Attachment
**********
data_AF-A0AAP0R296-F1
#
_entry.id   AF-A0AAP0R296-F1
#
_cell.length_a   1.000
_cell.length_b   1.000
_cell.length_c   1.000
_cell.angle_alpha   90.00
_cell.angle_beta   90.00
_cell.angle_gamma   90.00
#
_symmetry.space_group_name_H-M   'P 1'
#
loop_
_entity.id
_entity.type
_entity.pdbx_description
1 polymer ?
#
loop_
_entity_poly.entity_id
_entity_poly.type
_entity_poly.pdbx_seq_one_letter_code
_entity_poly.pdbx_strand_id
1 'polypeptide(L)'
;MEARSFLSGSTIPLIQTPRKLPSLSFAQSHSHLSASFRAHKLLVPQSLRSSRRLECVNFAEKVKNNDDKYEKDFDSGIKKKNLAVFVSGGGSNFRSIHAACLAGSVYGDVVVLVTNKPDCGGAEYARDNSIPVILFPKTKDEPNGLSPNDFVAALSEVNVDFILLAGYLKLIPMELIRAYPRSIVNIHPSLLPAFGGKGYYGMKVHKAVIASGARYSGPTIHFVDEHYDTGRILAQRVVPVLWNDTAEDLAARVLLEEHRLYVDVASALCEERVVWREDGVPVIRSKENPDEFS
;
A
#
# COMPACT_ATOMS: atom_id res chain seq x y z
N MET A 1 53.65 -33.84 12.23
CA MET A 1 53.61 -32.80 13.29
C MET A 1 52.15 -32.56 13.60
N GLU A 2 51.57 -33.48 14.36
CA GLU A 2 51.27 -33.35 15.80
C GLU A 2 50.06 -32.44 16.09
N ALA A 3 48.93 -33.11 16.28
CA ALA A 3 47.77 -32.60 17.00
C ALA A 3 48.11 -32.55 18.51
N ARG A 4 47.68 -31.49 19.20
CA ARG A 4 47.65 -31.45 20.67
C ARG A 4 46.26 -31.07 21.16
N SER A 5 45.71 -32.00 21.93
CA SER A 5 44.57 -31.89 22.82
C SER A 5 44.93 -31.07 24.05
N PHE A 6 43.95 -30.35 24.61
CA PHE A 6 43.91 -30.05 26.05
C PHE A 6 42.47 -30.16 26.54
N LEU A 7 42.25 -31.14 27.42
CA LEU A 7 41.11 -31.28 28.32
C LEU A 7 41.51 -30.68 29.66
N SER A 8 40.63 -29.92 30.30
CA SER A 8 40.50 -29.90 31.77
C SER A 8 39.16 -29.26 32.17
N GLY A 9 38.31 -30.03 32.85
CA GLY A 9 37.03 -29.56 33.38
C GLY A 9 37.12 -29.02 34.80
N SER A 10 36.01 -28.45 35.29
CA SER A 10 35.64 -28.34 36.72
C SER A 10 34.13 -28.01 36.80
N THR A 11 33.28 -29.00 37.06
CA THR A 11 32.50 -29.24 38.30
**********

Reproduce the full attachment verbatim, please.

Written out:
data_AF-A0AAP0R296-F1
#
_entry.id   AF-A0AAP0R296-F1
#
_cell.length_a   1.000
_cell.length_b   1.000
_cell.length_c   1.000
_cell.angle_alpha   90.00
_cell.angle_beta   90.00
_cell.angle_gamma   90.00
#
_symmetry.space_group_name_H-M   'P 1'
#
loop_
_entity.id
_entity.type
_entity.pdbx_description
1 polymer ?
#
loop_
_entity_poly.entity_id
_entity_poly.type
_entity_poly.pdbx_seq_one_letter_code
_entity_poly.pdbx_strand_id
1 'polypeptide(L)'
;MEARSFLSGSTIPLIQTPRKLPSLSFAQSHSHLSASFRAHKLLVPQSLRSSRRLECVNFAEKVKNNDDKYEKDFDSGIKKKNLAVFVSGGGSNFRSIHAACLAGSVYGDVVVLVTNKPDCGGAEYARDNSIPVILFPKTKDEPNGLSPNDFVAALSEVNVDFILLAGYLKLIPMELIRAYPRSIVNIHPSLLPAFGGKGYYGMKVHKAVIASGARYSGPTIHFVDEHYDTGRILAQRVVPVLWNDTAEDLAARVLLEEHRLYVDVASALCEERVVWREDGVPVIRSKENPDEFS
;
A
#
# COMPACT_ATOMS: atom_id res chain seq x y z
N MET A 1 53.65 -33.84 12.23
CA MET A 1 53.61 -32.80 13.29
C MET A 1 52.15 -32.56 13.60
N GLU A 2 51.57 -33.48 14.36
CA GLU A 2 51.27 -33.35 15.80
C GLU A 2 50.06 -32.44 16.09
N ALA A 3 48.93 -33.11 16.28
CA ALA A 3 47.77 -32.60 17.00
C ALA A 3 48.11 -32.55 18.51
N ARG A 4 47.68 -31.49 19.20
CA ARG A 4 47.65 -31.45 20.67
C ARG A 4 46.26 -31.07 21.16
N SER A 5 45.71 -32.00 21.93
CA SER A 5 44.57 -31.89 22.82
C SER A 5 44.93 -31.07 24.05
N PHE A 6 43.95 -30.35 24.61
CA PHE A 6 43.91 -30.05 26.05
C PHE A 6 42.47 -30.16 26.54
N LEU A 7 42.25 -31.14 27.42
CA LEU A 7 41.11 -31.28 28.32
C LEU A 7 41.51 -30.68 29.66
N SER A 8 40.63 -29.92 30.30
CA SER A 8 40.50 -29.90 31.77
C SER A 8 39.16 -29.26 32.17
N GLY A 9 38.31 -30.03 32.85
CA GLY A 9 37.03 -29.56 33.38
C GLY A 9 37.12 -29.02 34.80
N SER A 10 36.01 -28.45 35.29
CA SER A 10 35.64 -28.34 36.72
C SER A 10 34.13 -28.01 36.80
N THR A 11 33.28 -29.00 37.06
CA THR A 11 32.50 -29.24 38.30